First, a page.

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Two Worlds and In-Between


Sat 7 Mar 2020, 3:00pm–6:00pm
Wed 1 Apr 2020, 10:00am–6:00pm

Where: Fox Galleries, 79 Langridge Street, Collingwood, Victoria

Restrictions: All Ages

Ticket Information:

  • Admission: Free
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Listed by: rebeccamyw

Fox Galleries is proud to present Two Worlds and In-between; a new body of work by Jason Moad reflecting a change of focus and personal philosophy within his practice.

Moad’s interest in these plants, initially hinged on aesthetics, has transgressed to a fascination with their aura of presence and personality in which they project. Previously, Moad’s work had been rooted firmly in the physical; fetishising the object in defiance of the digital revolution and the increasingly ephemeral quality of our cultural artefacts. Ironically, this new body of work embraces the ephemeral and a fascination with the primacy of something elusive and ineffable; that aforementioned sense of presence and personality. Spirit, if you like.

Moad has gradually come to subscribe to a position somewhere between Panpsychism and Animism. That is to say, Moad thinks person-hood is not exclusively the province of human beings. Indeed, if one starts from the increasingly likely position that consciousness is fundamental, non-human persons are to be found everywhere. New Zealand recently acknowledged this in law, granting personhood to certain sacred mountains and rivers. If this strikes one as a stretch, the current renaissance in botanical research is advancing such startling propositions as communication between trees in forests, via vast, underground mycelium networks; and a study at the University of Western Australia in 2014 demonstrated that at least some plants, in the absence of anything we might recognise as brains or nervous systems, are none the less capable of learning and memory.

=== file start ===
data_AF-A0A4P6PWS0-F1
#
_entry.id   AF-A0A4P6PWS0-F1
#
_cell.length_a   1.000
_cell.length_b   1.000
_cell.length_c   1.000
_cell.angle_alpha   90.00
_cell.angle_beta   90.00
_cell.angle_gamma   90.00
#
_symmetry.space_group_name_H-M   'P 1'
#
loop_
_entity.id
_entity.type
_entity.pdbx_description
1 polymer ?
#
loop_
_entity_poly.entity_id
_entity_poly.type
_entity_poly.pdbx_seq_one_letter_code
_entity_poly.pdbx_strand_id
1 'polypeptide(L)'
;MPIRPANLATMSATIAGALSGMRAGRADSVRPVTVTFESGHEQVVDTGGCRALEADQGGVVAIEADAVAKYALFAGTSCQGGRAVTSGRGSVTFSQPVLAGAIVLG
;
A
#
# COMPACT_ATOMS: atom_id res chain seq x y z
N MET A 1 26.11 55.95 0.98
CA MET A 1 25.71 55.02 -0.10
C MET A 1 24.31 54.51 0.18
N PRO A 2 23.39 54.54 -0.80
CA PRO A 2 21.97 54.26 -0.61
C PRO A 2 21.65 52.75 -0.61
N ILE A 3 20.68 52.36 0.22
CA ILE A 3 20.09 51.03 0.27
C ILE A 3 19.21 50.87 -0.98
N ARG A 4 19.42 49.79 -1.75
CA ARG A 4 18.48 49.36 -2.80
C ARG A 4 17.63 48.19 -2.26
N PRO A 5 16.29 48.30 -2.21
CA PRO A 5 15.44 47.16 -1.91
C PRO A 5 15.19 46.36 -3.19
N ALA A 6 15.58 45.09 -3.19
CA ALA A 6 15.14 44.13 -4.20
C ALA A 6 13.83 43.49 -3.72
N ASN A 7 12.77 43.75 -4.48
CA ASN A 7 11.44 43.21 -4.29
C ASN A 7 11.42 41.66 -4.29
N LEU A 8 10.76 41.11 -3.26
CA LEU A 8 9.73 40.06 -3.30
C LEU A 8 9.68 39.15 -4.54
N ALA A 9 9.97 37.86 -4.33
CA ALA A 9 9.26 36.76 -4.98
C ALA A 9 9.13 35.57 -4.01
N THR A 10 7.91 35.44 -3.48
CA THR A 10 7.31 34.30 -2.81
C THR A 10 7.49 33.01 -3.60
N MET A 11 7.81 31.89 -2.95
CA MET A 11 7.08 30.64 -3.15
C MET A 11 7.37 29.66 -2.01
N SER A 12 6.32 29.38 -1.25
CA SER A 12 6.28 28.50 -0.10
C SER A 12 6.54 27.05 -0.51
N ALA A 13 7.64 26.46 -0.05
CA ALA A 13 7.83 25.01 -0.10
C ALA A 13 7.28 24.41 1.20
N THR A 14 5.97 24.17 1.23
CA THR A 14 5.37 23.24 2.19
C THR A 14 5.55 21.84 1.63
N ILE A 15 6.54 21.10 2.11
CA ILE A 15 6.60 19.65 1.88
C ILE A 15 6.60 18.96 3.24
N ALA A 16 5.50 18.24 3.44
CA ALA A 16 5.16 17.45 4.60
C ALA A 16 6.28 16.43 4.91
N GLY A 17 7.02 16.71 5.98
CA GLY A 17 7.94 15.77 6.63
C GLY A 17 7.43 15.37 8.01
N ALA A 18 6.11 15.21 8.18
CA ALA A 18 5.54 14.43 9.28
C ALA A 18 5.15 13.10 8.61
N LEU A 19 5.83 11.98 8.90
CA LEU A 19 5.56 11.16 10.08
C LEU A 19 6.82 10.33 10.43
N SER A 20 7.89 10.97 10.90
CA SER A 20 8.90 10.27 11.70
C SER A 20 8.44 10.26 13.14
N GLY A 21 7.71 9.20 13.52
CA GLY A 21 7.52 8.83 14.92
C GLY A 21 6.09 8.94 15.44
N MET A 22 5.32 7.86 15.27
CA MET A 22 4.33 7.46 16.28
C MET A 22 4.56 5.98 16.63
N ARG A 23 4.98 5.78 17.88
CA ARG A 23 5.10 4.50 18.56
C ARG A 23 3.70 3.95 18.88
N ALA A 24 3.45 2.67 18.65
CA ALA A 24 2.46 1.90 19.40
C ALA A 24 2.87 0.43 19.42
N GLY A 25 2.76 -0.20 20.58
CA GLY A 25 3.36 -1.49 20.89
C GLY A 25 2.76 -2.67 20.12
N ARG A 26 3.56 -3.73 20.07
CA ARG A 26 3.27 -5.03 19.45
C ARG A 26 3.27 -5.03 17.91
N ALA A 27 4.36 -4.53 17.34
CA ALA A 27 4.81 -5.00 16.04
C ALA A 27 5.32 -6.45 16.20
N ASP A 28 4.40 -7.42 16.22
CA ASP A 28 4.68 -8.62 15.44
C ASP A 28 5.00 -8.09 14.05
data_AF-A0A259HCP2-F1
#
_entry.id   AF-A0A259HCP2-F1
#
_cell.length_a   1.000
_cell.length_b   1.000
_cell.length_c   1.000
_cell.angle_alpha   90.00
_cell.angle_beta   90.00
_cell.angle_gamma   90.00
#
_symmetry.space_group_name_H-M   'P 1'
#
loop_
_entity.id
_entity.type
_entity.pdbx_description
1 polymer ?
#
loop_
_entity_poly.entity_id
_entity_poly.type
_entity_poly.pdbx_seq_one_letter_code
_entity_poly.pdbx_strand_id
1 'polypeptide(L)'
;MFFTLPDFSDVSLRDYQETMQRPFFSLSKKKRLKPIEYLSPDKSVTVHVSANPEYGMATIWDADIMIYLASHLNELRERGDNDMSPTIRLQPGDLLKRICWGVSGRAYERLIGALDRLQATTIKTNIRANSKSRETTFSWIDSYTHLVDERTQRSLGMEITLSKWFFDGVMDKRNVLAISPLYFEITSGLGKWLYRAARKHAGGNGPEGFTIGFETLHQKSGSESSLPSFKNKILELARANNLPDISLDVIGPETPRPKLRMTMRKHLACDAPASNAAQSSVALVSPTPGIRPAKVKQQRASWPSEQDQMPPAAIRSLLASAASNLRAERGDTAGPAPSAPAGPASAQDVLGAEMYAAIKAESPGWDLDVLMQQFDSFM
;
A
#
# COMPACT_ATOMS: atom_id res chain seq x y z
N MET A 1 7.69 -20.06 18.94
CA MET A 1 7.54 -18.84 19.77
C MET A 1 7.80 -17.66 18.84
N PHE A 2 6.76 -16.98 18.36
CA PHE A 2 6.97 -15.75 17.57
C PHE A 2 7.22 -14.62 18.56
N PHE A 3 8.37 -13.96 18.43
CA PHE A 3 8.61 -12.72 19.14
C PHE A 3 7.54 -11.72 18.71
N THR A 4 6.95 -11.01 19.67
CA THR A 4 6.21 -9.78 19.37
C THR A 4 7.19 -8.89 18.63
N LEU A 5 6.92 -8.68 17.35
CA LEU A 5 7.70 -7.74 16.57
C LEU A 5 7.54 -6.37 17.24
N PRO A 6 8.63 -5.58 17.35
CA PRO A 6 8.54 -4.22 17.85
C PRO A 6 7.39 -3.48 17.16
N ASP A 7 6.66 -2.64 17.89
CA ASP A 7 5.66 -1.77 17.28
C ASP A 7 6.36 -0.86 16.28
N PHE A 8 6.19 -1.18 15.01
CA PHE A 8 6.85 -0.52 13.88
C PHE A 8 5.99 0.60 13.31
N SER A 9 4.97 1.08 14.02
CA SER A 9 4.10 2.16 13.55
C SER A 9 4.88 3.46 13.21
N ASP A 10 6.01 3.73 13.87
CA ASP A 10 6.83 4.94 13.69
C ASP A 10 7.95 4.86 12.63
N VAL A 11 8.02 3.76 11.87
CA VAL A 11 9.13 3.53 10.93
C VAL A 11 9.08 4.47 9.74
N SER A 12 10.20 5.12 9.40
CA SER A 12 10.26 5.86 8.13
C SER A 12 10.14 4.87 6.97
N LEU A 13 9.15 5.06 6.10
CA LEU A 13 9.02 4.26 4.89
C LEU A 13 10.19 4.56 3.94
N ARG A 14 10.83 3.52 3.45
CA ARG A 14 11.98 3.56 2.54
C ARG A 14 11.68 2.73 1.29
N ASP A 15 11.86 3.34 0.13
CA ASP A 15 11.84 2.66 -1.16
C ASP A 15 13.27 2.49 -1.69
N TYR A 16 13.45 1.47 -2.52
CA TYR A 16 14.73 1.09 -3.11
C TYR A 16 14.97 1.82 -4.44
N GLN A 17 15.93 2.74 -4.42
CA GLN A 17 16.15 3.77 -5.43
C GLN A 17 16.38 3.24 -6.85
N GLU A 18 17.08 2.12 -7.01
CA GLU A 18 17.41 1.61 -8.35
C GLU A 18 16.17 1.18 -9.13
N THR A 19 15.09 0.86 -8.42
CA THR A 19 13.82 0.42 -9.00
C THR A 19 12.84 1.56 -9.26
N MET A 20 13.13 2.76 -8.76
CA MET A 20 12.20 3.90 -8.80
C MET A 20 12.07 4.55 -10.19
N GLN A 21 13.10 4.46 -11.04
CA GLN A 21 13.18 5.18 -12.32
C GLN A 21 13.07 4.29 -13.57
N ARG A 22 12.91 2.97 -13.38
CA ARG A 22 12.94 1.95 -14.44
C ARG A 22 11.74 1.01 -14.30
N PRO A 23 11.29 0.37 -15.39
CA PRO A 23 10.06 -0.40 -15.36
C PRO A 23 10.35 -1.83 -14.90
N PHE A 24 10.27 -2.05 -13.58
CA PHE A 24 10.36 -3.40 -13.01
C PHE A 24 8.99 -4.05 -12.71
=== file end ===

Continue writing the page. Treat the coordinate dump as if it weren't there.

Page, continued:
There has also been a resurgence of interest in the scientific community in plant psychedelics (like psilocybin-mushrooms and ayahuasca) and their effects on and interactions with consciousness. While it might jar our western, post-enlightenment sensibilities, plants and indeed all of nature can be conceived of as enspirited. Until relatively recently in historical terms, of course, this would have seemed obvious to most people.

From Moad’s very first painting of an agave, he recognised the potential of plants to represent the other than human. Most of his subjects are drawn from The Royal Botanical Gardens in Melbourne, and so isolating them against backgrounds devoid of context also hints at the way they have been dislocated from their native environment and transplanted halfway around the world; in effect treating them as object rather than subject. Regardless, they loom like Triffids; self-possessed and with their own agency.